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The second Dunedin Heritage Festival was launched quite appropriately at the Otago Settlers Museum last night.
Over the next four days the $250,000 Dunedin City Council-funded, two-yearly event will celebrate Dunedin art and industry.
The festival kicks off at 8am today when 11 bagpipers will converge on the Octagon to pipe in the festival.
The Dunedin City Council noise control officers could be stretched working to sort that lot out.
A rendition of New Zealand's national anthem (by Dunedin composer Thomas Bracken) will follow, performed by more than 30 primary and secondary school choirs.
Much of the festival will be centred on the late Dunedin poet and philanthropist Charles Brasch.
"An evening with Charles Brasch and friends" at Marama Hall tonight will bring together old friends and colleagues, including O. E. Middleton, Margaret Scott, Alan Roddick and Alan Horsman.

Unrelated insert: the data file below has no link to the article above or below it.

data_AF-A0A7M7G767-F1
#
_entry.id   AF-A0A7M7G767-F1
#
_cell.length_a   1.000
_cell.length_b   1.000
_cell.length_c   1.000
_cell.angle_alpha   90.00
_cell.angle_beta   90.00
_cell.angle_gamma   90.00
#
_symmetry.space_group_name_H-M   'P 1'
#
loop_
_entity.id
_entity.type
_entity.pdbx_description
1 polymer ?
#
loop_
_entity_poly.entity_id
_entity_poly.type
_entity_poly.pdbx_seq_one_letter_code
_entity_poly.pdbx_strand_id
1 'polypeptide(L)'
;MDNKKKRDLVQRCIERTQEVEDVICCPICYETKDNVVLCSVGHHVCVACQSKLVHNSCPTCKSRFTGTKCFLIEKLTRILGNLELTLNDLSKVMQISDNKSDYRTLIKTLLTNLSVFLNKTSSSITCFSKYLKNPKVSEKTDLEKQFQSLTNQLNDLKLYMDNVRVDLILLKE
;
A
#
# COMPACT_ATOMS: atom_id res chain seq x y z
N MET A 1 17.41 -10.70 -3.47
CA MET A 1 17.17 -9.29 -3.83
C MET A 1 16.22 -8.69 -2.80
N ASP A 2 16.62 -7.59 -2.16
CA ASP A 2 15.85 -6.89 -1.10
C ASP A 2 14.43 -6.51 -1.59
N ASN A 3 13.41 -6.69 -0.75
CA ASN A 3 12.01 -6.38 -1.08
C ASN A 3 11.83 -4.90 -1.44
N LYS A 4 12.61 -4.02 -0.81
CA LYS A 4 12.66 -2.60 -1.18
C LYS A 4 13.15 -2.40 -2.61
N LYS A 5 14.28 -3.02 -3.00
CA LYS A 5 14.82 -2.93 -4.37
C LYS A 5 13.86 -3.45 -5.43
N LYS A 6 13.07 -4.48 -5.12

The 2009 Dunedin Heritage Festival follows the inaugural festival in 2007, which celebrated Otago music and was perfectly summed-up by Mother Goose singer Steve Young: "I love the idea that we are part of Dunedin's heritage".
More than 100 people turned up at the Otago Settlers Museum last night to see the festival launched by new museum director Linda Wigley.
More than 20 Otago schools will be involved in events; ranging from from Glenorchy Primary School to North Otago Primary School.
Otago Daily Times editor Murray Kirkness will visit Columba College at 1.45pm today to judge entries in the Otago Former Times, inspired by news reports from a century ago.
Careys Bay will be the place to be over the weekend, with "Poets Adrift" and the Shellfish Festival tomorrow.
The Southern Sinfonia's "Southern Stars" concert in the Regent Theatre tomorrow night is sure to be a highlight.